You can take this basic measure to the next level by tracking the number of ideal clients contacting you. Identify your favorite clients, and then try to figure out what they have in common with one another. What services do they need? Are they people or organizations? Is there specific demographic data that they all share? Where do they live? Use this information to create a profile of your ideal client and check a box on your intake form when a potential client fits the ideal client profile.
If your marketing is working well, you should see an increase in the total number of potential clients reaching out to you, and an increase in the percentage of those potential clients who fit your ideal client profile.
Getting more clients and better clients is a good thing, but if you don’t know how you are getting those clients you really have no idea if your marketing is working. The best way to figure out where your clients are coming from is to ask them. During your intake interview, ask potential clients how they heard about you, and keep track of this information.
The ways your potential clients say they heard about you should match up with the time and money you are putting into various marketing tactics. Looking at this data will help you make better marketing decisions and spend your marketing resources more wisely.
Secondary Measures of Success
As mentioned above, a lot of modern marketing is about building your reputation and profile in the community.6 When a potential client searches for an attorney, you want them to find you. While the data you gather from intake forms is the gold standard you should use to judge the effectiveness of your marketing tactics overall, there are other indicators to familiarize yourself with if you want to gauge how well your reputation building campaign is going.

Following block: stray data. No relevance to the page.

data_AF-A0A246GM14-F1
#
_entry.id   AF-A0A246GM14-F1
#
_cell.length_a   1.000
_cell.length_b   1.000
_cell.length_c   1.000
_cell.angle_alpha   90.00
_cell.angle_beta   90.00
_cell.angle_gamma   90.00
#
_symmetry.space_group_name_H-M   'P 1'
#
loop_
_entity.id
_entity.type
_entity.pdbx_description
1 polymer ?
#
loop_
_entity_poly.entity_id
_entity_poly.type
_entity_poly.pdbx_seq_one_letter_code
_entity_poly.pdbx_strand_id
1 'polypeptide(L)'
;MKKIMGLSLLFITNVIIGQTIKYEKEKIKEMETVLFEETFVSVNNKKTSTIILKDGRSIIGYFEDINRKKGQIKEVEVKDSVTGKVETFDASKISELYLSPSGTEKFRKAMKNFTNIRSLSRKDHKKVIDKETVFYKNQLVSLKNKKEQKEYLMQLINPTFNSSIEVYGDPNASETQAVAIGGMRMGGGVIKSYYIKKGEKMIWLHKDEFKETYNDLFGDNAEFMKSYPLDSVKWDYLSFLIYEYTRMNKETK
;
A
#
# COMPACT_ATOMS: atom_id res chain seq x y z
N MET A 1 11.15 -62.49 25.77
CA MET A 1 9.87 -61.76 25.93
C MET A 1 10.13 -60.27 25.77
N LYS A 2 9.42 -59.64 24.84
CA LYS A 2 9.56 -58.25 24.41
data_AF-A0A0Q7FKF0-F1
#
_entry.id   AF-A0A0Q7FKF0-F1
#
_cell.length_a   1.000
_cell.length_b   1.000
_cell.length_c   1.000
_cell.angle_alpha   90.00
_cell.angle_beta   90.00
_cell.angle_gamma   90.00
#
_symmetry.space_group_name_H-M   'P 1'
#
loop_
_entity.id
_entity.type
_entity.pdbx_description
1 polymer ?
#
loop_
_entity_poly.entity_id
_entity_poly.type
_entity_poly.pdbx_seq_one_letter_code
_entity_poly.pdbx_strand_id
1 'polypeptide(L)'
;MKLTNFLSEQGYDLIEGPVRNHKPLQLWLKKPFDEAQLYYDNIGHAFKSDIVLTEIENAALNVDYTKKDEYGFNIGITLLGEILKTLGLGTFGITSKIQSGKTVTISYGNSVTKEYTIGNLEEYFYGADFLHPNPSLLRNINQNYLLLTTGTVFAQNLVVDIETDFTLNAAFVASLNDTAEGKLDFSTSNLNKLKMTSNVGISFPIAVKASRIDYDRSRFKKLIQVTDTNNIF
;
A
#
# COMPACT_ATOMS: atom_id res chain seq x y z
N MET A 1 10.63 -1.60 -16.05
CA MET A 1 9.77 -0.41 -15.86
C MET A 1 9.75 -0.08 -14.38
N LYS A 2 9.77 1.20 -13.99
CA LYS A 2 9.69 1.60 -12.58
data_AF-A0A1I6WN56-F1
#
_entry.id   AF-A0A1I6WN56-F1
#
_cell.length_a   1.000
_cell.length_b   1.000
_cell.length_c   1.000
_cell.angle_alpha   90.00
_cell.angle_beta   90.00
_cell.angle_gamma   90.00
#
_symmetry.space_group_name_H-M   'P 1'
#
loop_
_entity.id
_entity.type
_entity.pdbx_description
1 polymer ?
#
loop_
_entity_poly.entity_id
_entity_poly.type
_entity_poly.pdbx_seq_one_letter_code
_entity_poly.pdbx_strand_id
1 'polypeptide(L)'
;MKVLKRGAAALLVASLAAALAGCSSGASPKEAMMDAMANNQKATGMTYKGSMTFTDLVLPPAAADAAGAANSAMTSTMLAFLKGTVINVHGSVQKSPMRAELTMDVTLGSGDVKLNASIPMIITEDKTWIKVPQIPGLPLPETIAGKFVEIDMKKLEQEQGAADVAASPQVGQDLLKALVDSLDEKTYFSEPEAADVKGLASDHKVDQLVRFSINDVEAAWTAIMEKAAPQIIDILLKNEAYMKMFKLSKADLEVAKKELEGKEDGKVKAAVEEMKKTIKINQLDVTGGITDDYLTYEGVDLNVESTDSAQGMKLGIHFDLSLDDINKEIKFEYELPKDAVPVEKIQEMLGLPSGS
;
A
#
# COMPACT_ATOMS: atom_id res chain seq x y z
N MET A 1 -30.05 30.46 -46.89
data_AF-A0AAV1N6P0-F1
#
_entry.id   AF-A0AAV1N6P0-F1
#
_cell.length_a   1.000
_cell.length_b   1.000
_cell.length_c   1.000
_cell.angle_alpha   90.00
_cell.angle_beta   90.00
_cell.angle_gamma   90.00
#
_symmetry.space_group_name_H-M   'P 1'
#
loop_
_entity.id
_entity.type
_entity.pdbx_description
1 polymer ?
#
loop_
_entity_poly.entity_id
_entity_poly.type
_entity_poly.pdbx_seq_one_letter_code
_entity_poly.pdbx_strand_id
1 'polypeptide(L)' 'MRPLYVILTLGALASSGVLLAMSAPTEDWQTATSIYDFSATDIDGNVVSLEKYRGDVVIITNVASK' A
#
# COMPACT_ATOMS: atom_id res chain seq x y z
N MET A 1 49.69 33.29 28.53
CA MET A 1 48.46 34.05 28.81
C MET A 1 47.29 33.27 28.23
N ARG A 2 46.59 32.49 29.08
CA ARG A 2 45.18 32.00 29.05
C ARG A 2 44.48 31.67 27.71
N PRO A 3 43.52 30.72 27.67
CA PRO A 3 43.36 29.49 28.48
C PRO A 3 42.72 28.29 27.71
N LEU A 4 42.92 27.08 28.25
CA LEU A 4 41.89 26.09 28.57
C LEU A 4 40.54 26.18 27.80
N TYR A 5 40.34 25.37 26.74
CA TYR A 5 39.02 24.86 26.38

The rest of this article is going to go over some of the basic tools you can use to judge the impact of various digital marketing tools. Websites and social media accounts designated as business accounts all have a back-end or administrative view that you should either become familiar with, or pay your marketing team to summarize for you. All the resources discussed in this article are available for free to any business using the products described; the only cost is the time it takes to dive into them.
Google My Business and Bing Places for Business
Online searches are the number one way potential clients look for an attorney, and Google and Bing are the two largest search engines out there.7 Creating a Google My Business account, and a Bing Places for Business account will help your firm rise in your potential clients’ search results. This is important, because no matter how someone hears about your firm, they are probably going to do an internet search and check you out before giving you a call.
These accounts help internet users find you by providing not only a link to your website, but your phone number, office hours, location and reviews. You can also post about your business just like you do on social media accounts.